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Lenore Etive listened as Alexandr Koloraev died each night. It was the most joyous part of her day, not because of any animus she may have held for her wayward, drunken neighbor, but because there was beauty in the process, particularly at the outset. Koloraev spoke English poorly and not a word of French, but in their brief early-morning encounters, Lenore had managed to piece together a few key elements of Alexandr’s history—that he’d come to New Orleans quite a few years back with a composer named Rubenstein, that at one time he’d played regularly in both the Theatre d’Orleans and the French Opera House, and that presently, he mostly survived by playing in public houses and between races at the Metairie Race Track. Those humble performances provided Alexandr the income he needed to maintain his third-floor corner flat beside Lenore’s on Liberty Street, and they kept him steadily supplied with the bourbon that was killing him by degrees as the months passed.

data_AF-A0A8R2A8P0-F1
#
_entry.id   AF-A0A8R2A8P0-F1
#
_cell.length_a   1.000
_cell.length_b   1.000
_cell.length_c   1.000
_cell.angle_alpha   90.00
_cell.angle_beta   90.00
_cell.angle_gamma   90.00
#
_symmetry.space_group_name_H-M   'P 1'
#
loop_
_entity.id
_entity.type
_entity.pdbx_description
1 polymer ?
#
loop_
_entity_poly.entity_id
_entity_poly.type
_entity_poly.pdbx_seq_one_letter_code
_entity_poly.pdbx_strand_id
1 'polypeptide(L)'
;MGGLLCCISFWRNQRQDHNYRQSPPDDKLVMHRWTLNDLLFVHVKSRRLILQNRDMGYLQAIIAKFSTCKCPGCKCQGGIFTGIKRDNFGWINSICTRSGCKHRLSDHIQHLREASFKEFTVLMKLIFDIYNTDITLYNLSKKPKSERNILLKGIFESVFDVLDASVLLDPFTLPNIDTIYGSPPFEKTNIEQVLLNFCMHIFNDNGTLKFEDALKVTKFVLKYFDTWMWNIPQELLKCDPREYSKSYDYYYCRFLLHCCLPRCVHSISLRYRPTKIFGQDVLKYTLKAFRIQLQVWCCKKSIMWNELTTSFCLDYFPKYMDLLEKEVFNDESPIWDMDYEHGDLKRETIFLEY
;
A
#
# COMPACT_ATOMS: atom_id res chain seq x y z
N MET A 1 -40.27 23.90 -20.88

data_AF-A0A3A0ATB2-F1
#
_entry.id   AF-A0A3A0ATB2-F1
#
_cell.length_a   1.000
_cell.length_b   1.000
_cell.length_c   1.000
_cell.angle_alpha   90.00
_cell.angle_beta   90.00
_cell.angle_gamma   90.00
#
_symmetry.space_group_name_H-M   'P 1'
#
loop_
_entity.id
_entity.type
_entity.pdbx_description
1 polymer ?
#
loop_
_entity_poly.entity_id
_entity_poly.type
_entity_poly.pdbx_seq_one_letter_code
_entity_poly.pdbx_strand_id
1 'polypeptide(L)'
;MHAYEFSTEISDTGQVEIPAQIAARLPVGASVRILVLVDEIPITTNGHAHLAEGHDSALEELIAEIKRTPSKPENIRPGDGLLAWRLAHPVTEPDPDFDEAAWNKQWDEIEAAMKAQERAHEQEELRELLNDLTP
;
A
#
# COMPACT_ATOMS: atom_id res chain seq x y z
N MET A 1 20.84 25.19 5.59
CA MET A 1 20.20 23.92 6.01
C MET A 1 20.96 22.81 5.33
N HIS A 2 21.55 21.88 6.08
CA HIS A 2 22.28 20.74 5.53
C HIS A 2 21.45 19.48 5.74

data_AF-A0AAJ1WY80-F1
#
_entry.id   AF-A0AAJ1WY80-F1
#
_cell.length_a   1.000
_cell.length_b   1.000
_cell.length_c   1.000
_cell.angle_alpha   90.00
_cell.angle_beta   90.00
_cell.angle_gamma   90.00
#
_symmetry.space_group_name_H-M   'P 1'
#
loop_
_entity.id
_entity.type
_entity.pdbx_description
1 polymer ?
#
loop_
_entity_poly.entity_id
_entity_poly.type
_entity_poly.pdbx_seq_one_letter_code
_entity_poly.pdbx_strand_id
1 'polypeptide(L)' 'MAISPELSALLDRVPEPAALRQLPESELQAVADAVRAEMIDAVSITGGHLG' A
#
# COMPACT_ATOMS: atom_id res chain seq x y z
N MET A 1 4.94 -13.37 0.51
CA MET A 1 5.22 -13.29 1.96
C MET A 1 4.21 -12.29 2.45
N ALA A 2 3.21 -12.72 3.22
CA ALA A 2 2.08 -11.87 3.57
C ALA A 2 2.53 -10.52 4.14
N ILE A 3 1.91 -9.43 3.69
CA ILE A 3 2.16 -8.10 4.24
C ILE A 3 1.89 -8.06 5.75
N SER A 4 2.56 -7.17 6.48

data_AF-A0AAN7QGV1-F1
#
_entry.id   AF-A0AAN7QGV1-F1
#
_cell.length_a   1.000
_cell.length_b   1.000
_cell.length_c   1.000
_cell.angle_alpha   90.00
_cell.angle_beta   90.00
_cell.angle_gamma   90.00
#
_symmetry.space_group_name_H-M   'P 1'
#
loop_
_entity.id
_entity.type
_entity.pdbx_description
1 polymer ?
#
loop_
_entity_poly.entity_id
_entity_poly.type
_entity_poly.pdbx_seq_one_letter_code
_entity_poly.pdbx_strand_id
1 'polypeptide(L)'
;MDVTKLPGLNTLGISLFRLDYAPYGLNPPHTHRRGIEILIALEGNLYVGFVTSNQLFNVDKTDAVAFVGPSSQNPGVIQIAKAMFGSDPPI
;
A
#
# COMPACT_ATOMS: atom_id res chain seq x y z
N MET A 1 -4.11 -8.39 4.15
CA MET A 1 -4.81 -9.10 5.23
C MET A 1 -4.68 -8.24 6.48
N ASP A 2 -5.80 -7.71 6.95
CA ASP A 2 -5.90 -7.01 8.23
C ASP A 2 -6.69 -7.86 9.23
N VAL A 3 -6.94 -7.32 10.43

By the time he’d staggered up three wooden flights of stairs and lurched through the hallway, Lenore would be awake regardless of the hour, given the Russian’s heavy footfalls. She’d hear the dull clack of his keys, through several attempts, getting thrust toward the lock, and finally the door would creak open and then slam shut, followed by the clicking of the lock once more. After a few moments of silence as Alexandr sat and opened his violin’s heavily-scarred wooden case, the Russian would tune. Lenore could usually tell how long he would play by the duration of the tuning—the longer it took Alexandr to tune, the drunker he was, and the sooner he’d fall back in his chair, letting the bow slowly drop to the floor beside him. The violin, she presumed, rested there precariously on his shoulder until the first time he stirred, when, she imagined, he’d delicately place the instrument safely back in its awaiting box.